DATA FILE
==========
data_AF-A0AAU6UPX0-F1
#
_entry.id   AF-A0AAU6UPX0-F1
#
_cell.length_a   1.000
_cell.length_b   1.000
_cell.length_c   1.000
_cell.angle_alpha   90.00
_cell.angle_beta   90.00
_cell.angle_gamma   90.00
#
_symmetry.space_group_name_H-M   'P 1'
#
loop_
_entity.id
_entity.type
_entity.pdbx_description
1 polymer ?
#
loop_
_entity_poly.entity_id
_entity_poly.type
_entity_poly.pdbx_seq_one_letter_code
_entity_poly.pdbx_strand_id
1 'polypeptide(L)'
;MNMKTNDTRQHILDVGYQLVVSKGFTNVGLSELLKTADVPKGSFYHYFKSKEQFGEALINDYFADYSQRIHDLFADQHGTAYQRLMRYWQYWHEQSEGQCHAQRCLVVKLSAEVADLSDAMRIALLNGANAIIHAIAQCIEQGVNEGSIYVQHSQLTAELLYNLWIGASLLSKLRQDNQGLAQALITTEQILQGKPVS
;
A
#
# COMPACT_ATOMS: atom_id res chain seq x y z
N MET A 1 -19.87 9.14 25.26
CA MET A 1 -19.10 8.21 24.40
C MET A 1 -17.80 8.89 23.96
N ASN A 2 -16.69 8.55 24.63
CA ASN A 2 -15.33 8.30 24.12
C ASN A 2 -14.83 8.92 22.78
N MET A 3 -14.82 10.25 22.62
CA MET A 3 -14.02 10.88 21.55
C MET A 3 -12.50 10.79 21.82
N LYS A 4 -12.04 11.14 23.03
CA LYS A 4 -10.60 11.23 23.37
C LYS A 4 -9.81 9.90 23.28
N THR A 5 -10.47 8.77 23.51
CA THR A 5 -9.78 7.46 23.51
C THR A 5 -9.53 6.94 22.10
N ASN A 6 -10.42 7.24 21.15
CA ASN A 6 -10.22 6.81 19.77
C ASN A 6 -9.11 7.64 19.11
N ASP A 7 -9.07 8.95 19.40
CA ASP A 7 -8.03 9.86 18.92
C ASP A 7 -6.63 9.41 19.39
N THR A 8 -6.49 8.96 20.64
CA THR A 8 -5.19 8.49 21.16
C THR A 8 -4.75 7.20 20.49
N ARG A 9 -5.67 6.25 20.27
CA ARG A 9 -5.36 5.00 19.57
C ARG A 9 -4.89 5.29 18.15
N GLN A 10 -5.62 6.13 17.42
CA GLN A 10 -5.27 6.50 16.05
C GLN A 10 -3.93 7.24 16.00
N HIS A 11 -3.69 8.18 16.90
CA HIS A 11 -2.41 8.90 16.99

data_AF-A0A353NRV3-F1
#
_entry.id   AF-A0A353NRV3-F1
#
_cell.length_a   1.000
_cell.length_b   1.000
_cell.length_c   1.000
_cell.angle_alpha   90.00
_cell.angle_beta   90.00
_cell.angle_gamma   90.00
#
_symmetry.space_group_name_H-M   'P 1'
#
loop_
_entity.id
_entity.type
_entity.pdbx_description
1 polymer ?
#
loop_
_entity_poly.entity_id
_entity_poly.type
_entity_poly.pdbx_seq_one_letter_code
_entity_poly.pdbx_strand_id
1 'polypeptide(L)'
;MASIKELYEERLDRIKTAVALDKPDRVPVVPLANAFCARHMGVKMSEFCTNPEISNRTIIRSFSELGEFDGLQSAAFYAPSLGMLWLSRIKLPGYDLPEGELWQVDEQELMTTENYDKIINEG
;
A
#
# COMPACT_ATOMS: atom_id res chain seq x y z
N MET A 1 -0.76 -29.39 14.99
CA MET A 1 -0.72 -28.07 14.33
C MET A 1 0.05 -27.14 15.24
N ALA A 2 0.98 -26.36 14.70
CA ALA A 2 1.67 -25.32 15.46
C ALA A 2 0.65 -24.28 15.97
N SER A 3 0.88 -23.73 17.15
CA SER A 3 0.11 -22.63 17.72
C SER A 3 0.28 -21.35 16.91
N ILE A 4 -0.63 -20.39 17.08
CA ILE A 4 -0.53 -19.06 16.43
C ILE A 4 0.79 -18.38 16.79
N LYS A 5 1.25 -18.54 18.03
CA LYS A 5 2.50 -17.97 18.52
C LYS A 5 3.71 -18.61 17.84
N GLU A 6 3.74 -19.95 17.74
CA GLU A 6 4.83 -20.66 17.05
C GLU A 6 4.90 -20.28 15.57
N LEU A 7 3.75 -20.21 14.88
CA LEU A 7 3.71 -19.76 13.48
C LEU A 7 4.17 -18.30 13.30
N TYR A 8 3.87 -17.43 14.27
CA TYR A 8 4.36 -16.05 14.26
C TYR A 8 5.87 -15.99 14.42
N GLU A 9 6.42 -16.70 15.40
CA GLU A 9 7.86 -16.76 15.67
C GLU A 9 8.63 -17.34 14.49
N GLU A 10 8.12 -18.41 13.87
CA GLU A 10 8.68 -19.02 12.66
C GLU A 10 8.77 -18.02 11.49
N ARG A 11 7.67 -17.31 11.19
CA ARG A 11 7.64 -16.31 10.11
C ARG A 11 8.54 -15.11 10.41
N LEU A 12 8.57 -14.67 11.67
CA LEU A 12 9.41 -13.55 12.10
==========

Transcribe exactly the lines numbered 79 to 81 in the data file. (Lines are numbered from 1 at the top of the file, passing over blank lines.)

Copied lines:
_entity.pdbx_description
1 polymer ?
#